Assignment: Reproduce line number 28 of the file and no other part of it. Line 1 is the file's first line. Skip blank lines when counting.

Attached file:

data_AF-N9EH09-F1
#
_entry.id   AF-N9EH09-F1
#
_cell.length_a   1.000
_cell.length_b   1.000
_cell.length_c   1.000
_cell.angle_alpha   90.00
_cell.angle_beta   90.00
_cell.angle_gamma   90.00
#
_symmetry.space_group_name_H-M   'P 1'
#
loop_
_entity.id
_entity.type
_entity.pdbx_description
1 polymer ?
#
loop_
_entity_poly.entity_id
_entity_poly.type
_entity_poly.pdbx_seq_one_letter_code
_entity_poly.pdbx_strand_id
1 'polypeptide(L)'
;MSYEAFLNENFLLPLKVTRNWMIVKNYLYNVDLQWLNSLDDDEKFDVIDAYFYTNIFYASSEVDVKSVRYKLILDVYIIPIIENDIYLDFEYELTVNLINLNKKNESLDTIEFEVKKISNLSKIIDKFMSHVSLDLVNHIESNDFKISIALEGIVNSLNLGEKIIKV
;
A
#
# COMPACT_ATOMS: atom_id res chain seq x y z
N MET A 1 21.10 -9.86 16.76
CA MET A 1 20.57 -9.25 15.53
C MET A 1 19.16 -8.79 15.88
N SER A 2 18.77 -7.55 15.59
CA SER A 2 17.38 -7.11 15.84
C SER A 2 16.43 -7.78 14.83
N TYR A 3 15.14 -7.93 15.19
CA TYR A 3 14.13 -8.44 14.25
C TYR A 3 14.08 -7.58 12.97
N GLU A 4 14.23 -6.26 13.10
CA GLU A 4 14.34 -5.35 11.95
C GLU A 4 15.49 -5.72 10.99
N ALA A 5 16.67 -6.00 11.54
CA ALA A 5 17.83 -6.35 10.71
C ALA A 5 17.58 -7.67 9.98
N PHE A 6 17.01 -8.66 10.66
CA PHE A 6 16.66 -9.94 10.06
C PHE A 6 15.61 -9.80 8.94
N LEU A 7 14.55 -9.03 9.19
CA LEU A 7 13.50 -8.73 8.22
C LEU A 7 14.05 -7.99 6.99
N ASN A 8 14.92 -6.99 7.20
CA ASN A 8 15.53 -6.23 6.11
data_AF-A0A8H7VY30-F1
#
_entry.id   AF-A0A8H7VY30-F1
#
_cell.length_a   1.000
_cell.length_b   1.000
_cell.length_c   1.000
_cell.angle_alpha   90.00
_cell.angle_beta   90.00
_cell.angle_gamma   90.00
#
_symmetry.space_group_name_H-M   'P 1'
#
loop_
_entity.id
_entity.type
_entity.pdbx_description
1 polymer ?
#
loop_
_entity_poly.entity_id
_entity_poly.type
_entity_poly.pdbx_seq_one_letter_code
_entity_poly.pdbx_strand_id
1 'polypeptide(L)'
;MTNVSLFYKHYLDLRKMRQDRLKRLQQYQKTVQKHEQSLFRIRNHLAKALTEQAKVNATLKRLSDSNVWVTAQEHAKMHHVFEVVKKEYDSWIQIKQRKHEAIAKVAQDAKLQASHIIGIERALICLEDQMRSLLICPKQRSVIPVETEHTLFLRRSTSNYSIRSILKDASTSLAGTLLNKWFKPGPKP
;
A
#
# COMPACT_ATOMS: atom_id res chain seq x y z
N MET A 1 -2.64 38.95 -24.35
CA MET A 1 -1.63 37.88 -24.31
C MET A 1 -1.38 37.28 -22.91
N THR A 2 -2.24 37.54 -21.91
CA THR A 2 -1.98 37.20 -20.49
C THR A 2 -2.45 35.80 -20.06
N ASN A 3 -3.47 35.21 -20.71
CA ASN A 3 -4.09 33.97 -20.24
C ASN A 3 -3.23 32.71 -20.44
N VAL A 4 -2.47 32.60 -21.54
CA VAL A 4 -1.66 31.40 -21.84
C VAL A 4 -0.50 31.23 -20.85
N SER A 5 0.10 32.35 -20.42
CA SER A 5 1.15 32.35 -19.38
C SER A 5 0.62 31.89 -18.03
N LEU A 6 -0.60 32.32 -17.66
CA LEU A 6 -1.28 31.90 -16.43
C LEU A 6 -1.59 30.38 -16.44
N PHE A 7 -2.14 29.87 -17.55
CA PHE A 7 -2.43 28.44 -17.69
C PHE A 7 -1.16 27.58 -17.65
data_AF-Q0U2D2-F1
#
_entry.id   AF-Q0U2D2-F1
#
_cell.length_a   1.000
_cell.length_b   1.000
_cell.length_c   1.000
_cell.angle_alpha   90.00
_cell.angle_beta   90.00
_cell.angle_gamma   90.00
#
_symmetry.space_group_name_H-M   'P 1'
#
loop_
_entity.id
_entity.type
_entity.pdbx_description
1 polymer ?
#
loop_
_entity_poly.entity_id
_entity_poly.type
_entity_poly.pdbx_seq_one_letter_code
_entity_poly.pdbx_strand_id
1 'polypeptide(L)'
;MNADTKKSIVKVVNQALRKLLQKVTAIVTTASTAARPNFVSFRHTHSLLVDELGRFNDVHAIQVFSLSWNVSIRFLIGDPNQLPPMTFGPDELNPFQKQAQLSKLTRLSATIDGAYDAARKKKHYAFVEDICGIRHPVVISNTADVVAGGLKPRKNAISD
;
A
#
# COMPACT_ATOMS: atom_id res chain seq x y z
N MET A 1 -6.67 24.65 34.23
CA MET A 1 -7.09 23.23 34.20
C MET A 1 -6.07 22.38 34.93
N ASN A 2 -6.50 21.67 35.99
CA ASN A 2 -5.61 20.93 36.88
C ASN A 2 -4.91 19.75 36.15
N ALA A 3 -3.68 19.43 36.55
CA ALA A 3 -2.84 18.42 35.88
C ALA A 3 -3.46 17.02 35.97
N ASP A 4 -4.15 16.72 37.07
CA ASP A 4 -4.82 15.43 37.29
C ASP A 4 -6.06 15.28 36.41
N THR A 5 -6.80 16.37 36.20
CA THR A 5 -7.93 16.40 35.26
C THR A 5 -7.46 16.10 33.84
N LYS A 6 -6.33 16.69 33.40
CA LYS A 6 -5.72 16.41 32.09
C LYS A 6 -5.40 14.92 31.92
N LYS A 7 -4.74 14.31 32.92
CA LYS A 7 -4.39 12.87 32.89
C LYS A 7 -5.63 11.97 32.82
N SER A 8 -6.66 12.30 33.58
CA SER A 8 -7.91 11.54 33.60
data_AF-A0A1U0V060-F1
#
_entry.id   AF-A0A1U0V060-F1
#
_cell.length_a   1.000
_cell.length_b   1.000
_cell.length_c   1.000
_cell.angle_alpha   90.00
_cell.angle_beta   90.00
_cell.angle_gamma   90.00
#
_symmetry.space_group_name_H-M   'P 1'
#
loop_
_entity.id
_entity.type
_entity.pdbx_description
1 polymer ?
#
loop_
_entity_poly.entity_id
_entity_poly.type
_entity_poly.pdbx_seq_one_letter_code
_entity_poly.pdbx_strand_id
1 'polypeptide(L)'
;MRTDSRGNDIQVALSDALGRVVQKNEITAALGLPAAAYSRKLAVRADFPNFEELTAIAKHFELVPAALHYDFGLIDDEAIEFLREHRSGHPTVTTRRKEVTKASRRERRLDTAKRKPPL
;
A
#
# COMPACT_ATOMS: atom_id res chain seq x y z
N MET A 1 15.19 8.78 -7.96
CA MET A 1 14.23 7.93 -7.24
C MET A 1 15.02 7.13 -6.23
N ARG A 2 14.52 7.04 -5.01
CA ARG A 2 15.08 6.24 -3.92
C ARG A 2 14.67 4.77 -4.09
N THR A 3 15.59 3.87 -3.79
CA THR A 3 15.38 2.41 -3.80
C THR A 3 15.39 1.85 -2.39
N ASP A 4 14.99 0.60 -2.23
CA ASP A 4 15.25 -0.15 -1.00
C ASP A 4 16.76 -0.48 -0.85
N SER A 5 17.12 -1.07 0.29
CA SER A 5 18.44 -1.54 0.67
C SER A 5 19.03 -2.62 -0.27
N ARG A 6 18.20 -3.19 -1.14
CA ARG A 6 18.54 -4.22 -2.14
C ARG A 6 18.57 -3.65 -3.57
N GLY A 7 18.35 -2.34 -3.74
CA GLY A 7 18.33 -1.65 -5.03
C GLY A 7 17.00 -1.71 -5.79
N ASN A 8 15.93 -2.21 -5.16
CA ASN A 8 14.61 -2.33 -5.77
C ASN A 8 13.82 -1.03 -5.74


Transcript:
A